Poem: Not Divorced from Daffodils

It might be
she had dreamed up
that courtship
following
an inclination
over such
green and pleasant hills.

A handful
of tightly
hopeful buds;
much better
to pick them that way,
some warmth to
open them slowly
into daffodils-
among her
favorite flowers
to this day.

 

(Author’s note: The writing of this poem just happened the other night. I realize for many daffodils are out of season. No matter. The nature of reflection is being out of place and time. The picture of wild daffodils is from a journal I did back in the 1980’s while living in England: a year of Oxfordshire flora and fauna in paintings and verse…no doubt inspired by The Diary of an Edwardian Lady by Edith Holden which was very popular at the time.)
 
©Artwork and writing, unless otherwise indicated, are the property of Diane M Denton. Please request permission to reproduce or post elsewhere with a link back to bardessdmdenton. Thank you.
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9 thoughts on “Poem: Not Divorced from Daffodils

  1. Oh how delightful! Your gorgeous picture reminds me of when, as a 7-year-old, I learnt the ‘The Daffodil Fairy’ poem from my Flower Fairy book to perform at a family Christmas play. It is one that I’ve never forgotten and repeat to myself many times each spring:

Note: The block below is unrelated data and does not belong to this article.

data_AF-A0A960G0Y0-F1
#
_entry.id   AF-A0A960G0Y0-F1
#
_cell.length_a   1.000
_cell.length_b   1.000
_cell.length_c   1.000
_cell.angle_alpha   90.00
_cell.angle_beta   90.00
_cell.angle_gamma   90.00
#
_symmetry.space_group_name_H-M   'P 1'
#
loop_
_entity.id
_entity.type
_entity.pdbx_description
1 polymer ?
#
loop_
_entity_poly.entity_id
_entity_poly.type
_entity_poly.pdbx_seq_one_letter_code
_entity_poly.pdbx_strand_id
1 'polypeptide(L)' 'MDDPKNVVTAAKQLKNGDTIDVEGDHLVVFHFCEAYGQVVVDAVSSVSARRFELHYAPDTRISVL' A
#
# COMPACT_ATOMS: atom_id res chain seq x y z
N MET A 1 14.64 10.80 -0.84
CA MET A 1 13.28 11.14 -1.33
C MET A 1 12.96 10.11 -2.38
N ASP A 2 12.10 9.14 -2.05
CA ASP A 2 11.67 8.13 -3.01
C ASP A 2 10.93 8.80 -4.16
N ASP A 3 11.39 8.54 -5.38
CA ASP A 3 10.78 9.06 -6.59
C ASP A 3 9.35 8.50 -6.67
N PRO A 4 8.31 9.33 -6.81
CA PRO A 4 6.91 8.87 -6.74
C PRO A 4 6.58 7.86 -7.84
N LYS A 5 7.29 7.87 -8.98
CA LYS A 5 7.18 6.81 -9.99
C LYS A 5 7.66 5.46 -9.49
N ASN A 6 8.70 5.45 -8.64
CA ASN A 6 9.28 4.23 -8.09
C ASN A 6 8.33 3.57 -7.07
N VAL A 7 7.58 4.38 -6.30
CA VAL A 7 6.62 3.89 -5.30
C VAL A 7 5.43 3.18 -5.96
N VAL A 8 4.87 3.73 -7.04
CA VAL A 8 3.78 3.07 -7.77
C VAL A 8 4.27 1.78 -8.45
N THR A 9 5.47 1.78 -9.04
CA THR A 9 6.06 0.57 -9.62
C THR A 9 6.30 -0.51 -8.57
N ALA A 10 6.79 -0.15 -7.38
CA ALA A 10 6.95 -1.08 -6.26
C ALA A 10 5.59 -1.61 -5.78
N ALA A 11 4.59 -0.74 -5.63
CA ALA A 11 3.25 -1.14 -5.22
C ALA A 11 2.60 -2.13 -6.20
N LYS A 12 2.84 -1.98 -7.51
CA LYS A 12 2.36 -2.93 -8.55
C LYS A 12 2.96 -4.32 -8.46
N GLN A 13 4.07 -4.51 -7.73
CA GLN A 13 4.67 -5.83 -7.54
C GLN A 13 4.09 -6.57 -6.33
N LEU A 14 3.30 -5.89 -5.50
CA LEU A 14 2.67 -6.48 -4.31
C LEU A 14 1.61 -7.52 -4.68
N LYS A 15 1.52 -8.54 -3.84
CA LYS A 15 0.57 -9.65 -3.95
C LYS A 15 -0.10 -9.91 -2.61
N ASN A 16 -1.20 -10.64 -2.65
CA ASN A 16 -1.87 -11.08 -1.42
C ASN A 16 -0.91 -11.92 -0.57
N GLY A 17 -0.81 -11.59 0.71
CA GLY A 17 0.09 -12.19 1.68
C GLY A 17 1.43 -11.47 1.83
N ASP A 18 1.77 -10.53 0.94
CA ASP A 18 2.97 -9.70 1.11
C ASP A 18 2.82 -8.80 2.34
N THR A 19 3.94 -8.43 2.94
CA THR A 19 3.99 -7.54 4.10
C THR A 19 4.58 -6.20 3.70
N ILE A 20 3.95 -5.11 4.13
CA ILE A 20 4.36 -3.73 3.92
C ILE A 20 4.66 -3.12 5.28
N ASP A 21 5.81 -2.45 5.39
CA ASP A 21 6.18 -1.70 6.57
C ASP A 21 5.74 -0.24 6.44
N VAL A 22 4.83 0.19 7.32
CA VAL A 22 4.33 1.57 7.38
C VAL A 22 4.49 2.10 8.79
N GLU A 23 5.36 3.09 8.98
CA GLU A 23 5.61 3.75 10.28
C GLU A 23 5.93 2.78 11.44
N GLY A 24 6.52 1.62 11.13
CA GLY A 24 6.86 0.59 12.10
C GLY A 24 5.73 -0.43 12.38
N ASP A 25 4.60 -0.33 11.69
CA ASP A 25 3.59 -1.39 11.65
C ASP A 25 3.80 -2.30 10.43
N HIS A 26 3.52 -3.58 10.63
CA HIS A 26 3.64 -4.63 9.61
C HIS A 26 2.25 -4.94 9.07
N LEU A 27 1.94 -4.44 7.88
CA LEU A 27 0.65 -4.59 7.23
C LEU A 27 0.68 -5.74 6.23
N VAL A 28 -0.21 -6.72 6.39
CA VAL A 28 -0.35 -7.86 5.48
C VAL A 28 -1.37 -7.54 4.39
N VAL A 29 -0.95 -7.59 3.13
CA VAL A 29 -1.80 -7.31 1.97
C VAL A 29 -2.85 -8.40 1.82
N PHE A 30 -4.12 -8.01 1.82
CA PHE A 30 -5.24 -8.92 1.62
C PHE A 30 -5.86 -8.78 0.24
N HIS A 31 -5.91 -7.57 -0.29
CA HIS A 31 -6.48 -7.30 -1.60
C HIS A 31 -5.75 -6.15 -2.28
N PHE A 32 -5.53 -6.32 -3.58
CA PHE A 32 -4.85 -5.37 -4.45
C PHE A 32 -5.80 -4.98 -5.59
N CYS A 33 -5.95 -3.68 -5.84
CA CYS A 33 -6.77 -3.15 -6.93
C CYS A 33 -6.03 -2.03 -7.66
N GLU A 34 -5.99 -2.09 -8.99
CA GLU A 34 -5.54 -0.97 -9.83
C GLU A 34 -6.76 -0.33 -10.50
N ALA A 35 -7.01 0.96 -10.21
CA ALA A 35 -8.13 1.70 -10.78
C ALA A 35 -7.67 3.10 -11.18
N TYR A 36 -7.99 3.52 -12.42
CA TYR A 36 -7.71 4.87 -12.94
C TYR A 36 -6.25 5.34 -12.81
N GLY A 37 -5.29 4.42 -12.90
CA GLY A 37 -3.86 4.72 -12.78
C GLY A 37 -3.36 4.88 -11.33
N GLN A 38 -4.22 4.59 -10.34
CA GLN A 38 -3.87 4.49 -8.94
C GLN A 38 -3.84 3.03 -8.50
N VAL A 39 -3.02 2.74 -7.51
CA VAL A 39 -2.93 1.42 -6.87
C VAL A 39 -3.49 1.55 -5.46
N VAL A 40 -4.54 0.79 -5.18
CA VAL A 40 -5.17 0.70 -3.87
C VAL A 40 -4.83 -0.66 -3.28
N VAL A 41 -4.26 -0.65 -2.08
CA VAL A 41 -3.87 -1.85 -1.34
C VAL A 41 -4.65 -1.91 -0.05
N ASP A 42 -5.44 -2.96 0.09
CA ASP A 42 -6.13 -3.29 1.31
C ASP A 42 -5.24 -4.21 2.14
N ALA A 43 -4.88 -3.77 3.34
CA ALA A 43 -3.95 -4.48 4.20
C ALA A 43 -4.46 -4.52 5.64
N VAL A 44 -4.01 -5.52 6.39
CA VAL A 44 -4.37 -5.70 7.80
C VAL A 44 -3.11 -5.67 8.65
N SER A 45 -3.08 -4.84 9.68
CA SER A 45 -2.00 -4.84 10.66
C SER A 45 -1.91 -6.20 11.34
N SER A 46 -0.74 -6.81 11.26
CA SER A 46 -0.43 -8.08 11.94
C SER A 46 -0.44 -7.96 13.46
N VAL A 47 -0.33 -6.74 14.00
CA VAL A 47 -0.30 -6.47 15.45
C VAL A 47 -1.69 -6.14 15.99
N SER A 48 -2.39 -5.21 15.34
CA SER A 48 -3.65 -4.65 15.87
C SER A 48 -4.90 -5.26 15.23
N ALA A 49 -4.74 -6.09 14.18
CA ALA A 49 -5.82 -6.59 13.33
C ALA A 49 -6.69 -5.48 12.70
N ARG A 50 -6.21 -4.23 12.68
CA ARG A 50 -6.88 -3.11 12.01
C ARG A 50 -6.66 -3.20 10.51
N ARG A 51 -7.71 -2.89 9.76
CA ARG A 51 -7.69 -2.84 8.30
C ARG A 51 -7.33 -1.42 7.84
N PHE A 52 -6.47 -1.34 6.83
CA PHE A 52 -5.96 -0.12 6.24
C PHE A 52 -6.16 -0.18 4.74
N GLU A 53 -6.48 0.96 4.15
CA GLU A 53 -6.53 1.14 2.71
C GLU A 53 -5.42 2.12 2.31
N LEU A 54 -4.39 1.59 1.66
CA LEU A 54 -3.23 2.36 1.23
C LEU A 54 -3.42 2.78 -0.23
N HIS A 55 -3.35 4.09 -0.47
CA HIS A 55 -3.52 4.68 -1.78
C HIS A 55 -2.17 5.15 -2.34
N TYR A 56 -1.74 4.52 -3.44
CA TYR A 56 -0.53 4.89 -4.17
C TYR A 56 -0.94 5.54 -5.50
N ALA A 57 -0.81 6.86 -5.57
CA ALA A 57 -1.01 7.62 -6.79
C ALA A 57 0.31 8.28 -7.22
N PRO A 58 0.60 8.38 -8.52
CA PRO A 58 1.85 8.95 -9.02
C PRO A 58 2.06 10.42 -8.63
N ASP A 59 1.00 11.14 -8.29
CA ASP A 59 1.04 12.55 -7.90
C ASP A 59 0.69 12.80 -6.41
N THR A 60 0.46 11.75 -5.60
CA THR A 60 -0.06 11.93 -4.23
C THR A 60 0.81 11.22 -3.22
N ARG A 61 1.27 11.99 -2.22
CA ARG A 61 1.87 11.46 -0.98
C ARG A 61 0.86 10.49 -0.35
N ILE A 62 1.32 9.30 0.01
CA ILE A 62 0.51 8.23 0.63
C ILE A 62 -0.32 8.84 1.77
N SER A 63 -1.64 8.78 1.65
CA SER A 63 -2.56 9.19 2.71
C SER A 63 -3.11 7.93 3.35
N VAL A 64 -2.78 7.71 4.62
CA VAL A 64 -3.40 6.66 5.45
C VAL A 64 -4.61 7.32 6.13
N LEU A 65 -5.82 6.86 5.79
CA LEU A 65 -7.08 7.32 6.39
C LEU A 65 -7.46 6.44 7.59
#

I’m everyone’s darling;
    the blackbird and starling
    Are shouting about me from
    blossoming boughs’
    For I, the Lent Lily,
    the Daffy-down-dilly,
    Have heard through
    the country the call to arouse.

    The orchards are ringing
    with voices a-singing
    The praise of my petticoat,
    praise of my gown;
    The children are playing, and hark!
    They are saying
    That Daffy-down-dilly is come up to town!

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  2. Laurel’s comment on her blog about yours providing her with some joy led me here. I see what she means. I love this picture too. Whereabouts in Oxfordshire were you? I’m from nearby.

    Do you know the Edward Thomas poem ‘Adlestrop’? I was reminded of it by your reference to Oxfordshire.

    I very much like this poem. Something that might have been, or could have been or should have been? Lovely.

    Like

    • Thank you so much for visiting my blog and also for your kind and understanding comments. I lived in Wroxton Oxon, a small village about 3 miles from Banbury. I went there in the mid 1970’s (Oh! I’m giving away my age) for a semester at Wroxton College (Wroxton Abbey) and stayed for 16 years! Daffodils were very possibly the reason I stayed…

      I knew of the poem “Adlerstrop” but hadn’t read it in many years. Thank you for sending me to it. I especially love the last two stanzas, reminding me of what was so difficult to leave behind I never really did:

      And willows, willow-herb, and grass,
      And meadowsweet, and haycocks dry,
      No whit less still and lonely fair
      Than the high cloudlets in the sky.

      And for that minute a blackbird sang
      Close by, and round him, mistier,
      Farther and farther, all the birds
      Of Oxfordshire and Gloucestershire.

      And I am so glad your message has led me to your splendid writing…I have just begun to search through its treasures…you will see me there often…Blessings. Diane

      Like

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